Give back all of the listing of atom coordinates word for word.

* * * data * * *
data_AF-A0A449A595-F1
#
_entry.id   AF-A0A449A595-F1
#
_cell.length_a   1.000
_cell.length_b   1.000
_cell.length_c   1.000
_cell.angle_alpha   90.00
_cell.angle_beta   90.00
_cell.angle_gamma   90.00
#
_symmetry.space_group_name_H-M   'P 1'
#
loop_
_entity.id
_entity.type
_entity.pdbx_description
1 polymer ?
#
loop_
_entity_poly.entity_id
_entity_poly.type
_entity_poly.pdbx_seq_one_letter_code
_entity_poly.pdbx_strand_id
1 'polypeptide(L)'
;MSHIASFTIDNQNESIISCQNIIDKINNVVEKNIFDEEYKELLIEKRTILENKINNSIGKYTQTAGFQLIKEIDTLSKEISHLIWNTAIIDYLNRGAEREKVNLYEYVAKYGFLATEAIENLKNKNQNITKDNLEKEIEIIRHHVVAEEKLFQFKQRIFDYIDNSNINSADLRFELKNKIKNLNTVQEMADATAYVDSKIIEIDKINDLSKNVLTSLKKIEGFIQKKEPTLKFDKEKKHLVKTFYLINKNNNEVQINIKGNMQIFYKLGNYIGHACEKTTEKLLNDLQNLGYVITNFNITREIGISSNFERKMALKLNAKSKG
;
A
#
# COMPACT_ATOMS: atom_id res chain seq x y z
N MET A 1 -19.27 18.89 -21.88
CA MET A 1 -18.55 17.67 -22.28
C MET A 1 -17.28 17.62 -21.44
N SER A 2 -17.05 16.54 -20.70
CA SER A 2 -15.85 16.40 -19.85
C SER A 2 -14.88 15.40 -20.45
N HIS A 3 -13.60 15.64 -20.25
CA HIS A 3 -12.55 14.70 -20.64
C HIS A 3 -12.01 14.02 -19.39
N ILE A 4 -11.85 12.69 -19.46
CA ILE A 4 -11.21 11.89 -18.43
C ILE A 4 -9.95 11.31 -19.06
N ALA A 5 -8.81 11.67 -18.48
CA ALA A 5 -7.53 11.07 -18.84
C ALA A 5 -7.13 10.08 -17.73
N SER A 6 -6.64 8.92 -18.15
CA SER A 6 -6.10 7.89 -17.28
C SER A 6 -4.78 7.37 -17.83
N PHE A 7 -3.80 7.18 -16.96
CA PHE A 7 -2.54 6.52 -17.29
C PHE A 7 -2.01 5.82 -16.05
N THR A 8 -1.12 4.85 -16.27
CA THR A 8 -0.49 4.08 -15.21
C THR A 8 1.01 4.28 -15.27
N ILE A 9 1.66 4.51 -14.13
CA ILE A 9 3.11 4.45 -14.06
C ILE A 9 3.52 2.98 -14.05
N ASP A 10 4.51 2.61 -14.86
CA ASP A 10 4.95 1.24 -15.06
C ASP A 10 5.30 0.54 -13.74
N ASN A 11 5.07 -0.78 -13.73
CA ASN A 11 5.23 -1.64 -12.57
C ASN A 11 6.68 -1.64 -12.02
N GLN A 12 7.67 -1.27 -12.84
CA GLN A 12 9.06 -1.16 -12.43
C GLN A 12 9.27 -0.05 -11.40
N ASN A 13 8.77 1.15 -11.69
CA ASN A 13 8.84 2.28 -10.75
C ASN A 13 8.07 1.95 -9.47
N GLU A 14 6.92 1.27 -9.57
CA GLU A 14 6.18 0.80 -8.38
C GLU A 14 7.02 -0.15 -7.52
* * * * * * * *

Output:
data_AF-A0A449A595-F1
#
_entry.id   AF-A0A449A595-F1
#
_cell.length_a   1.000
_cell.length_b   1.000
_cell.length_c   1.000
_cell.angle_alpha   90.00
_cell.angle_beta   90.00
_cell.angle_gamma   90.00
#
_symmetry.space_group_name_H-M   'P 1'
#
loop_
_entity.id
_entity.type
_entity.pdbx_description
1 polymer ?
#
loop_
_entity_poly.entity_id
_entity_poly.type
_entity_poly.pdbx_seq_one_letter_code
_entity_poly.pdbx_strand_id
1 'polypeptide(L)'
;MSHIASFTIDNQNESIISCQNIIDKINNVVEKNIFDEEYKELLIEKRTILENKINNSIGKYTQTAGFQLIKEIDTLSKEISHLIWNTAIIDYLNRGAEREKVNLYEYVAKYGFLATEAIENLKNKNQNITKDNLEKEIEIIRHHVVAEEKLFQFKQRIFDYIDNSNINSADLRFELKNKIKNLNTVQEMADATAYVDSKIIEIDKINDLSKNVLTSLKKIEGFIQKKEPTLKFDKEKKHLVKTFYLINKNNNEVQINIKGNMQIFYKLGNYIGHACEKTTEKLLNDLQNLGYVITNFNITREIGISSNFERKMALKLNAKSKG
;
A
#
# COMPACT_ATOMS: atom_id res chain seq x y z
N MET A 1 -19.27 18.89 -21.88
CA MET A 1 -18.55 17.67 -22.28
C MET A 1 -17.28 17.62 -21.44
N SER A 2 -17.05 16.54 -20.70
CA SER A 2 -15.85 16.40 -19.85
C SER A 2 -14.88 15.40 -20.45
N HIS A 3 -13.60 15.64 -20.25
CA HIS A 3 -12.55 14.70 -20.64
C HIS A 3 -12.01 14.02 -19.39
N ILE A 4 -11.85 12.69 -19.46
CA ILE A 4 -11.21 11.89 -18.43
C ILE A 4 -9.95 11.31 -19.06
N ALA A 5 -8.81 11.67 -18.48
CA ALA A 5 -7.53 11.07 -18.84
C ALA A 5 -7.13 10.08 -17.73
N SER A 6 -6.64 8.92 -18.15
CA SER A 6 -6.10 7.89 -17.28
C SER A 6 -4.78 7.37 -17.83
N PHE A 7 -3.80 7.18 -16.96
CA PHE A 7 -2.54 6.52 -17.29
C PHE A 7 -2.01 5.82 -16.05
N THR A 8 -1.12 4.85 -16.27
CA THR A 8 -0.49 4.08 -15.21
C THR A 8 1.01 4.28 -15.27
N ILE A 9 1.66 4.51 -14.13
CA ILE A 9 3.11 4.45 -14.06
C ILE A 9 3.52 2.98 -14.05
N ASP A 10 4.51 2.61 -14.86
CA ASP A 10 4.95 1.24 -15.06
C ASP A 10 5.30 0.54 -13.74
N ASN A 11 5.07 -0.78 -13.73
CA ASN A 11 5.23 -1.64 -12.57
C ASN A 11 6.68 -1.64 -12.02
N GLN A 12 7.67 -1.27 -12.84
CA GLN A 12 9.06 -1.16 -12.43
C GLN A 12 9.27 -0.05 -11.40
N ASN A 13 8.77 1.15 -11.69
CA ASN A 13 8.84 2.28 -10.75
C ASN A 13 8.07 1.95 -9.47
N GLU A 14 6.92 1.27 -9.57
CA GLU A 14 6.18 0.80 -8.38
C GLU A 14 7.02 -0.15 -7.52